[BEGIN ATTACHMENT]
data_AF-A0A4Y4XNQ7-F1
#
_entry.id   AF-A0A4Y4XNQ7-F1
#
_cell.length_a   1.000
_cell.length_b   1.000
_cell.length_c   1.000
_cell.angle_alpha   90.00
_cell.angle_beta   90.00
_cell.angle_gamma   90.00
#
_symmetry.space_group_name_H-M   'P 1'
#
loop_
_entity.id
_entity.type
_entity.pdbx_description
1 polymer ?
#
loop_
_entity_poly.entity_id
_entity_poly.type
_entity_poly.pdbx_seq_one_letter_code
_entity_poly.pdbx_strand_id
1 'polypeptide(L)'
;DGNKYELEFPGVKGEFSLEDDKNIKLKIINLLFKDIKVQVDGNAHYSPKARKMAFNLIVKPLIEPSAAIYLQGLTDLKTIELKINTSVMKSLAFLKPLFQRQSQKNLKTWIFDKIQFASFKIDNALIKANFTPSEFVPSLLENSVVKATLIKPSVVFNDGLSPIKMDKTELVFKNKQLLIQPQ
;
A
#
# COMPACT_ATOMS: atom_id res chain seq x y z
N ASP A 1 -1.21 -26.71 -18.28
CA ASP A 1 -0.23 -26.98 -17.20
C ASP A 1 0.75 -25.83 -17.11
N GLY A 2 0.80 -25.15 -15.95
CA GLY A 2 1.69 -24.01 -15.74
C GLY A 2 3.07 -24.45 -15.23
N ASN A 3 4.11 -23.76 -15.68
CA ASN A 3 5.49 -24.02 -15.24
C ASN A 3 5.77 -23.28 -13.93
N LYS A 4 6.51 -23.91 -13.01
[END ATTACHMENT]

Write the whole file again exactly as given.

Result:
data_AF-A0A4Y4XNQ7-F1
#
_entry.id   AF-A0A4Y4XNQ7-F1
#
_cell.length_a   1.000
_cell.length_b   1.000
_cell.length_c   1.000
_cell.angle_alpha   90.00
_cell.angle_beta   90.00
_cell.angle_gamma   90.00
#
_symmetry.space_group_name_H-M   'P 1'
#
loop_
_entity.id
_entity.type
_entity.pdbx_description
1 polymer ?
#
loop_
_entity_poly.entity_id
_entity_poly.type
_entity_poly.pdbx_seq_one_letter_code
_entity_poly.pdbx_strand_id
1 'polypeptide(L)'
;DGNKYELEFPGVKGEFSLEDDKNIKLKIINLLFKDIKVQVDGNAHYSPKARKMAFNLIVKPLIEPSAAIYLQGLTDLKTIELKINTSVMKSLAFLKPLFQRQSQKNLKTWIFDKIQFASFKIDNALIKANFTPSEFVPSLLENSVVKATLIKPSVVFNDGLSPIKMDKTELVFKNKQLLIQPQ
;
A
#
# COMPACT_ATOMS: atom_id res chain seq x y z
N ASP A 1 -1.21 -26.71 -18.28
CA ASP A 1 -0.23 -26.98 -17.20
C ASP A 1 0.75 -25.83 -17.11
N GLY A 2 0.80 -25.15 -15.95
CA GLY A 2 1.69 -24.01 -15.74
C GLY A 2 3.07 -24.45 -15.23
N ASN A 3 4.11 -23.76 -15.68
CA ASN A 3 5.49 -24.02 -15.24
C ASN A 3 5.77 -23.28 -13.93
N LYS A 4 6.51 -23.91 -13.01